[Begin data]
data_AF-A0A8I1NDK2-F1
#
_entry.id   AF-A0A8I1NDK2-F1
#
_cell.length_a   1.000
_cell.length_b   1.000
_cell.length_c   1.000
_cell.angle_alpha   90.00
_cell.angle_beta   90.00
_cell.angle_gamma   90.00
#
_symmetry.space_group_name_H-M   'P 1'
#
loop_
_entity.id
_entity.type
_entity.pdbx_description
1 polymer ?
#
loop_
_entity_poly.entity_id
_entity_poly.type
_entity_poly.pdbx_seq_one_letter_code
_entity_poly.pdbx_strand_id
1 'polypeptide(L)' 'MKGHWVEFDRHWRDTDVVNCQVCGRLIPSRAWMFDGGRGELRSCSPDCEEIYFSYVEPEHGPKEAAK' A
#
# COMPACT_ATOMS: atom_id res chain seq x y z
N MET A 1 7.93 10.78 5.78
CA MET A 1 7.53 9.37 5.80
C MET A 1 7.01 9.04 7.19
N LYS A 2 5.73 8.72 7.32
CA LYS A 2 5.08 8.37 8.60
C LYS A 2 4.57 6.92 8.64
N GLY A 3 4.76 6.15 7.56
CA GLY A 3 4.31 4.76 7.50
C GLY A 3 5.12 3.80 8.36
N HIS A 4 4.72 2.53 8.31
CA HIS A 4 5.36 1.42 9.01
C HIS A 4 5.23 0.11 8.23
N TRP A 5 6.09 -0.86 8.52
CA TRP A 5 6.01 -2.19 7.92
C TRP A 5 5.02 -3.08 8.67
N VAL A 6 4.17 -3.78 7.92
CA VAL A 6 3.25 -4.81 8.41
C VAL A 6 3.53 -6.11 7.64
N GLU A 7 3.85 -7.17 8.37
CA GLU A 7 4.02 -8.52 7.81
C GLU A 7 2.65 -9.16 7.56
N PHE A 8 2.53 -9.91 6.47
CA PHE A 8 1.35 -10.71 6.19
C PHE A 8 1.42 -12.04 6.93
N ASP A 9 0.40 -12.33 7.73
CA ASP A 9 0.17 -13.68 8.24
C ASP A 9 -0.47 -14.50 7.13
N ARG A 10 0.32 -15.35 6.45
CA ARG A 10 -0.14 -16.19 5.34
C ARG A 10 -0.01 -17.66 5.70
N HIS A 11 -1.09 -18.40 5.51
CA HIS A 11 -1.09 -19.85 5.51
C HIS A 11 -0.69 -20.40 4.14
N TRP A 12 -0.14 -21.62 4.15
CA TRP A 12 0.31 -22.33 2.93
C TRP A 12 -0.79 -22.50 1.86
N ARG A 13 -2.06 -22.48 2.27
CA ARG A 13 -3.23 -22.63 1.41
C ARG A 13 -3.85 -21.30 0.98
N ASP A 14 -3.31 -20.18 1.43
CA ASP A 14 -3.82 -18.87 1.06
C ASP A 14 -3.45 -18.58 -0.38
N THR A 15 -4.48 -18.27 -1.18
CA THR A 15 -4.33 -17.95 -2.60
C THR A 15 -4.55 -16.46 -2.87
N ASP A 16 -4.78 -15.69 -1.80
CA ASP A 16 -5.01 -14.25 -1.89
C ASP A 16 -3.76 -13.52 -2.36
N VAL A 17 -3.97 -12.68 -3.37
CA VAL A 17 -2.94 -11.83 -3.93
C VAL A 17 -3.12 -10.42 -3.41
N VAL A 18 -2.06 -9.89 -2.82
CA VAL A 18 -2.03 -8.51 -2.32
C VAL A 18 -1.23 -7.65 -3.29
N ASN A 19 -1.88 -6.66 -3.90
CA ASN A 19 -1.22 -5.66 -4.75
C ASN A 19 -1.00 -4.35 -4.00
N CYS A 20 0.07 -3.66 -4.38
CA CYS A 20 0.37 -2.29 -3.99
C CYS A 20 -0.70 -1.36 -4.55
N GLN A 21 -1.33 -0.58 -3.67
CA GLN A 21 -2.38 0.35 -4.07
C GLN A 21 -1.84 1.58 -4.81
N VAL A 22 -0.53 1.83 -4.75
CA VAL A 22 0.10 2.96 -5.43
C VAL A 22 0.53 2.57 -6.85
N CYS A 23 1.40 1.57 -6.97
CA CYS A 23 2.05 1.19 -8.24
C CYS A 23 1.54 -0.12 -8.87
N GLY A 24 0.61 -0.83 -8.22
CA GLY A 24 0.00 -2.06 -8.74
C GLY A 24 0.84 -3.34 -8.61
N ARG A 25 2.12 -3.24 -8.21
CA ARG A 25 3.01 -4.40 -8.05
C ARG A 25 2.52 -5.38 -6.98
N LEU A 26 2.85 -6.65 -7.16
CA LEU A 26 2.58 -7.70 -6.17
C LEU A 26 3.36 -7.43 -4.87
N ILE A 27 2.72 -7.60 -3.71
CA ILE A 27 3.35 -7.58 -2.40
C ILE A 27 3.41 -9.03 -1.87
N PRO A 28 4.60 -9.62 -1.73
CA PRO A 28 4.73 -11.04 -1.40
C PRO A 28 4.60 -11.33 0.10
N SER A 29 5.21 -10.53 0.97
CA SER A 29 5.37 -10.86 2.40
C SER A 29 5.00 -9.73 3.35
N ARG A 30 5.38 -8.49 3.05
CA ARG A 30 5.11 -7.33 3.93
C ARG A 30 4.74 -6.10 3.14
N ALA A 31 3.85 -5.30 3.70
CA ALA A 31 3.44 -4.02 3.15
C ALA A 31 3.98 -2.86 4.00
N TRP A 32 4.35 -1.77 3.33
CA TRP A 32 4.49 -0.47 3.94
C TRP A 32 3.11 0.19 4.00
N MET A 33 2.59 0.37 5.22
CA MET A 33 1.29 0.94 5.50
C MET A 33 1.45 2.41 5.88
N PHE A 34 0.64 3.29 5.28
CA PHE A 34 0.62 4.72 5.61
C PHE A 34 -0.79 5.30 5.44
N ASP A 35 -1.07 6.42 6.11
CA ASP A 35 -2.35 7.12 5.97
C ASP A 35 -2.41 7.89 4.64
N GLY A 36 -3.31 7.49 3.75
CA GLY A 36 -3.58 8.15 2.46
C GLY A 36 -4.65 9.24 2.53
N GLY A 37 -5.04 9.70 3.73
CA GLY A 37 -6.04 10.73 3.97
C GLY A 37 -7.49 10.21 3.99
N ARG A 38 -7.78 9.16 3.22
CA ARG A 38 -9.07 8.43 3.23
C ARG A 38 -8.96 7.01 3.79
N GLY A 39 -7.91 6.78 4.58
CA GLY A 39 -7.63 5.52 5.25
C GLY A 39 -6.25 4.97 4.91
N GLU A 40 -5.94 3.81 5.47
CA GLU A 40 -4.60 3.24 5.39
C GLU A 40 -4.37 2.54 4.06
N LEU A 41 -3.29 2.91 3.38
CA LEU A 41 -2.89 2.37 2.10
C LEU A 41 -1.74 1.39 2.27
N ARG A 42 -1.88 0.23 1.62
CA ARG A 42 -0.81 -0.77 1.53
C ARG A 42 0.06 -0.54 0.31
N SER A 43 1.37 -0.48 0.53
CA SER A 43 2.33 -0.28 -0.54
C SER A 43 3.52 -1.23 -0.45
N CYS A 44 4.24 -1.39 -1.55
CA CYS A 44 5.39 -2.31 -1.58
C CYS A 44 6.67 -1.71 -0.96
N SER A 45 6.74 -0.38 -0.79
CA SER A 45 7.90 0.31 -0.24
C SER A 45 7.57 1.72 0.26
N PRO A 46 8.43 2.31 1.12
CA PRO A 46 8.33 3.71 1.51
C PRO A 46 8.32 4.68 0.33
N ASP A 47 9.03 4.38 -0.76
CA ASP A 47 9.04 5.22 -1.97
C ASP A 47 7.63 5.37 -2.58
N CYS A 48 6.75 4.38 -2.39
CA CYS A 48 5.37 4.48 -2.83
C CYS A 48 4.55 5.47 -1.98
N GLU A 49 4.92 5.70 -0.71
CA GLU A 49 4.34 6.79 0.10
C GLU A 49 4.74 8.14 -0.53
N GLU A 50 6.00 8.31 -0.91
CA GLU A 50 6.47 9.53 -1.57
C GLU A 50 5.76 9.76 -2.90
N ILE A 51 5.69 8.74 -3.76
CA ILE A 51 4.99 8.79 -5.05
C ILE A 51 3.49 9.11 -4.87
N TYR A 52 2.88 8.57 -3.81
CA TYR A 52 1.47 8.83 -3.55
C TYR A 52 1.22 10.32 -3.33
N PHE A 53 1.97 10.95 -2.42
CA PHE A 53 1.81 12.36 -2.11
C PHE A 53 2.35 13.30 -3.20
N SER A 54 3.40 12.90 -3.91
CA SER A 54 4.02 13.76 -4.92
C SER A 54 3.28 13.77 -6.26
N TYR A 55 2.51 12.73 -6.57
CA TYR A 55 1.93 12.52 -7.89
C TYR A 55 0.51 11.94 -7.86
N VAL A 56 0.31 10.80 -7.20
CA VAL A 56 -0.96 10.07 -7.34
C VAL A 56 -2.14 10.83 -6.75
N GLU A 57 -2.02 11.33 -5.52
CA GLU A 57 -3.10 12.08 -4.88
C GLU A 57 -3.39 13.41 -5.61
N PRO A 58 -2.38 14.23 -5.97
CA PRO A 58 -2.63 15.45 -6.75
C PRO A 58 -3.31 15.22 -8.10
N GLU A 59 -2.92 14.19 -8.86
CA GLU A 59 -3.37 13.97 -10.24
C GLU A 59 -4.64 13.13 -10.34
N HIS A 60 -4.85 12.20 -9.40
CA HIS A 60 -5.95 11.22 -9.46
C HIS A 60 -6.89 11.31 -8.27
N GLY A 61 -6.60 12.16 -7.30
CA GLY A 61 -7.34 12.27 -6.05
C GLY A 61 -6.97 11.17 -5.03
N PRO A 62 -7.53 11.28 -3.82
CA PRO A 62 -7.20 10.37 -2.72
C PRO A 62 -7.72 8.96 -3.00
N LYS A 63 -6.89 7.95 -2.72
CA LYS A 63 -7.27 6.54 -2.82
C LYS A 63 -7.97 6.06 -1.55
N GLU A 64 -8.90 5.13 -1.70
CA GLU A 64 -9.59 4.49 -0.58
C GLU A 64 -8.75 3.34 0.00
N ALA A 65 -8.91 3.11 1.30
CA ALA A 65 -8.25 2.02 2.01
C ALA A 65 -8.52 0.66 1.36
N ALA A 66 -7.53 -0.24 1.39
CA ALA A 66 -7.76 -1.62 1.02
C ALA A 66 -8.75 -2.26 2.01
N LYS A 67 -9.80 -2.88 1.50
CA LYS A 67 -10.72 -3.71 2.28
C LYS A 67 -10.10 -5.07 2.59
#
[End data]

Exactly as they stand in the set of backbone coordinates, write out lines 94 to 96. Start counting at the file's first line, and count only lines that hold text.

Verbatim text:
N CYS A 23 1.40 1.57 -6.97
CA CYS A 23 2.05 1.19 -8.24
C CYS A 23 1.54 -0.12 -8.87